1 Corinthians 15:3–8, 12-14 (NKJV)

3 For I delivered to you first of all that which I also received: that Christ died for our sins according to the Scriptures, 4 and that He was buried, and that He rose again the third day according to the Scriptures, 5 and that He was seen by Cephas, then by the twelve. 6 After that He was seen by over five hundred brethren at once, of whom the greater part remain to the present, but some have fallen asleep. 7 After that He was seen by James, then by all the apostles. 8 Then last of all He was seen by me also, as by one born out of due time…12 Now if Christ is preached that He has been raised from the dead, how do some among you say that there is no resurrection of the dead? 13 But if there is no resurrection of the dead, then Christ is not risen. 14 And if Christ is not risen, then our preaching is empty and your faith is also empty.

The American Presbyterian historian and theologian J. Gresham Machen wrote his classic work Christianity and Liberalism to expose the massive chasm that separates these competing religious beliefs. In his day liberalism was just beginning its infiltration of American mainline churches. Machen warned that liberalism is not merely a corrupted Christianity, it is no Christianity at all. As one proof of his thesis, Machen noted that in liberalism Jesus’ resurrection is historically unimportant; what truly matters is not that Jesus rose from the dead but that Jesus lives on in each of our hearts. In other words, for liberalism experience not history is foundational.

As Machen correctly perceived, this notion is entirely foreign to Christianity. Christiantiy is not merely a system of dogmas or teachings, but a declaration of events that have theological and experiential significance. Christ died and rose again – that is history. Jesus did not swoon or get spirited away or exchange places with someone else. He actually died on a cross outside Jerusalem while Pontius Pilate served as governor of the Roman Empire in Judea. After three days, He rose from the dead and was seen by Cephas, the Twelve, 500 brethren at one time, James, all the apostles, and, finally, Paul himself. The Gospel is rooted in history, rooted in reality.

So why did Christ die and rise again? The answer to that question is theological. He died, Paul says, for our sins (15:3); He died to endure the punishment that our sins deserve. Then He rose from the dead to conquer death and free us from fear, to transform our experience. Our experience, therefore, depends upon history. Without the death and resurrection of Jesus in history, Paul tells us, “our preaching is empty and your faith is also empty” (15:14). In other words, in Christianity, history not experience is foundational.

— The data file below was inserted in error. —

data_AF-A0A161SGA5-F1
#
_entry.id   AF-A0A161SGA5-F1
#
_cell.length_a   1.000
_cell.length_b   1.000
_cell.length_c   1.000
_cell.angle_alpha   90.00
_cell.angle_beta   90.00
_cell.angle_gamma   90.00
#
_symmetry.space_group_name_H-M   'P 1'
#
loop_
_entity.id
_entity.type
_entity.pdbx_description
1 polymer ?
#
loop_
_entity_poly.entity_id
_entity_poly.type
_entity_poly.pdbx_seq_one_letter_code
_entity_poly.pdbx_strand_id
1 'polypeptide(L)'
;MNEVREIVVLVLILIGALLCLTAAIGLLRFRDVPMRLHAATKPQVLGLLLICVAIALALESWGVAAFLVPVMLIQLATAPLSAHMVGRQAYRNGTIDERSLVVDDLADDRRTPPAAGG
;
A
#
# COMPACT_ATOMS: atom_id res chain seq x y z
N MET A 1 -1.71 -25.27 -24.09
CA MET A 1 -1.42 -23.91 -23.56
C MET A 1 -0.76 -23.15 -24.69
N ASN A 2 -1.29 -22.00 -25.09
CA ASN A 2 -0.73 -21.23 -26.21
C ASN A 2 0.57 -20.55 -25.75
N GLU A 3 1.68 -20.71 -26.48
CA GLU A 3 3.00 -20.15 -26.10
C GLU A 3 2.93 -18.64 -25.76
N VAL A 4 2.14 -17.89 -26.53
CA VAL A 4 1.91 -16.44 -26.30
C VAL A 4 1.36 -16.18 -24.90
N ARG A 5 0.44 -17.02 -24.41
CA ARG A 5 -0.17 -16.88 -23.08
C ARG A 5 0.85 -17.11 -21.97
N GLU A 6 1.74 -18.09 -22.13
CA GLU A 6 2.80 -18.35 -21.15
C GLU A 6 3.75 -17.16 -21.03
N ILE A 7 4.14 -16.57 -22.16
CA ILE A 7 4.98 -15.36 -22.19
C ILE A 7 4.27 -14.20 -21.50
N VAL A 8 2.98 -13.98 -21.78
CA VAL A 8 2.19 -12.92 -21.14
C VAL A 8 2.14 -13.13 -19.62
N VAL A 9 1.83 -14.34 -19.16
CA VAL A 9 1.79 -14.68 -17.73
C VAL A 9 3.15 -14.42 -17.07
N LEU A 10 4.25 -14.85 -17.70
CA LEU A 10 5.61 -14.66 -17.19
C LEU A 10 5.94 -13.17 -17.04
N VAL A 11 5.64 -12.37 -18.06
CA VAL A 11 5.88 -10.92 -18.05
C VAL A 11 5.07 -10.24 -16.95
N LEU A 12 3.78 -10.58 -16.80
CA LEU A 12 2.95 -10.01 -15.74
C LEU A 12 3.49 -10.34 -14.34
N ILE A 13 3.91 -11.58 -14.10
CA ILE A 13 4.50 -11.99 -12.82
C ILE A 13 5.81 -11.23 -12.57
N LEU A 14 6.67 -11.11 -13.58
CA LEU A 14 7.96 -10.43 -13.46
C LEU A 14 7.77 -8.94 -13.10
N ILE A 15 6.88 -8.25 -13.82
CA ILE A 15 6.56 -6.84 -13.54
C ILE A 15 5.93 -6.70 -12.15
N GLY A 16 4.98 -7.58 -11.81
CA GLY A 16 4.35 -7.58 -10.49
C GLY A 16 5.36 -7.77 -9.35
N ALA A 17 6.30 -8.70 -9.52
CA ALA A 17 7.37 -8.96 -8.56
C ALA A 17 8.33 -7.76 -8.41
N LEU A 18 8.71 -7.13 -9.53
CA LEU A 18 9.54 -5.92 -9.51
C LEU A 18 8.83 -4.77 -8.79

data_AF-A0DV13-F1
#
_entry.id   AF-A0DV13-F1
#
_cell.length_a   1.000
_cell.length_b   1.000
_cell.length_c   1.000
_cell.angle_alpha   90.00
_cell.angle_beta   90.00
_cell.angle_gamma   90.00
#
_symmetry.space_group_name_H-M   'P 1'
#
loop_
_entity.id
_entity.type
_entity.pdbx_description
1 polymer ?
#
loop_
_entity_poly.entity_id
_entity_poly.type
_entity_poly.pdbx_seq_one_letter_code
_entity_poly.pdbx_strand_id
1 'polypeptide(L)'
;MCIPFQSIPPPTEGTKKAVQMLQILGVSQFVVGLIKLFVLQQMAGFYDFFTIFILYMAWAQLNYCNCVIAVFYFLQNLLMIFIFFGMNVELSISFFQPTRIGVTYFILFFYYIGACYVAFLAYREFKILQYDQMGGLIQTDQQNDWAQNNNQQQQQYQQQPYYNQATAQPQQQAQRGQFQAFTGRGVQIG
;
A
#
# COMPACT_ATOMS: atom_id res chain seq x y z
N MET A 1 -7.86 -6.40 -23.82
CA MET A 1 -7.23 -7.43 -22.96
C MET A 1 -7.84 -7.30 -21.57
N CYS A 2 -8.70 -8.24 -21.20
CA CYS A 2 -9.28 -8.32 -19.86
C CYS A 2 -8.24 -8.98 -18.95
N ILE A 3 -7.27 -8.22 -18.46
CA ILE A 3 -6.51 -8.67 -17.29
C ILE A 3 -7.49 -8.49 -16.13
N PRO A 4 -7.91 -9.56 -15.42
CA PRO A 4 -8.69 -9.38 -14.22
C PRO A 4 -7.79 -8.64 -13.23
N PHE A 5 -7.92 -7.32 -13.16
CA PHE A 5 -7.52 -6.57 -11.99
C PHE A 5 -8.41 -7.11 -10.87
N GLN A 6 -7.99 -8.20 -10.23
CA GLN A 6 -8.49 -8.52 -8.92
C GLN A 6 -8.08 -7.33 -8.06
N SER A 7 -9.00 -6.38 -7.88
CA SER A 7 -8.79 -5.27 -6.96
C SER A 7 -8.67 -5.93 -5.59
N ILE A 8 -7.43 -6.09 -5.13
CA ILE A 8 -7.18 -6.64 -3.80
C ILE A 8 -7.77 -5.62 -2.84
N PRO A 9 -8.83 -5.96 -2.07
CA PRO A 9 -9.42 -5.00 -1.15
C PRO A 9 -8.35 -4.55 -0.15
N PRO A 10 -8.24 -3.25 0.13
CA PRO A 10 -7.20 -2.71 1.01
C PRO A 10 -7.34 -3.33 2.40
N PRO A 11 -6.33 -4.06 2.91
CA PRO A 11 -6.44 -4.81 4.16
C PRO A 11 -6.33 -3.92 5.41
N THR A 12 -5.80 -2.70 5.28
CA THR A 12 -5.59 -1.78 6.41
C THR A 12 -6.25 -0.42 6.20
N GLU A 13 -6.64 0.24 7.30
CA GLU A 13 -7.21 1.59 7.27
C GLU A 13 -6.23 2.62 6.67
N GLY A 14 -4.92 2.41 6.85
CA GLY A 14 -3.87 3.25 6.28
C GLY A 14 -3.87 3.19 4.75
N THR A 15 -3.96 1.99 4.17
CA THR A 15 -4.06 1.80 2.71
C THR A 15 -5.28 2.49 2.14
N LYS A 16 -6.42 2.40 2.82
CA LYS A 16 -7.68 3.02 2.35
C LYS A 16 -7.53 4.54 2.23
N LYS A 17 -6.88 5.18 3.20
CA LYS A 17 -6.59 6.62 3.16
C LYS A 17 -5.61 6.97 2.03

In our broader culture, however, theological liberalism has won the day. Hence, we are constantly barraged by the claim that religion is primarily subjective, primarily a matter of personal experience. Religions are simply various ways of meeting the subjective needs of their followers; each religion is merely a record of the private, personal experiences of its adherents; hence, no religion is objectively true or false, just different. There are different strokes for different folks. Experience not history is foundational.

Christianity rejects this exaltation of subjectivity, of experience, over objectivity, over history. The Gospel is an announcement of something that objectively happened and that objectively changed the course of human history. Christianity is not just the record of private religious experiences; it is a public declaration: Jesus died, was buried, and then rose again; so all men and nations are called to confess that Jesus is Lord; He is God’s Anointed One.

So reminded that if we are to approach God it must be on the basis of truth, of something that really happened, and not just on the basis of our sincerity, of our personal experience; reminded that we must approach God through Jesus who died and rose again for our sins, died and rose again to reconcile us to God, let us kneel and confess our sins to God. We will have a time of silent confession followed by the corporate confession found in your bulletin.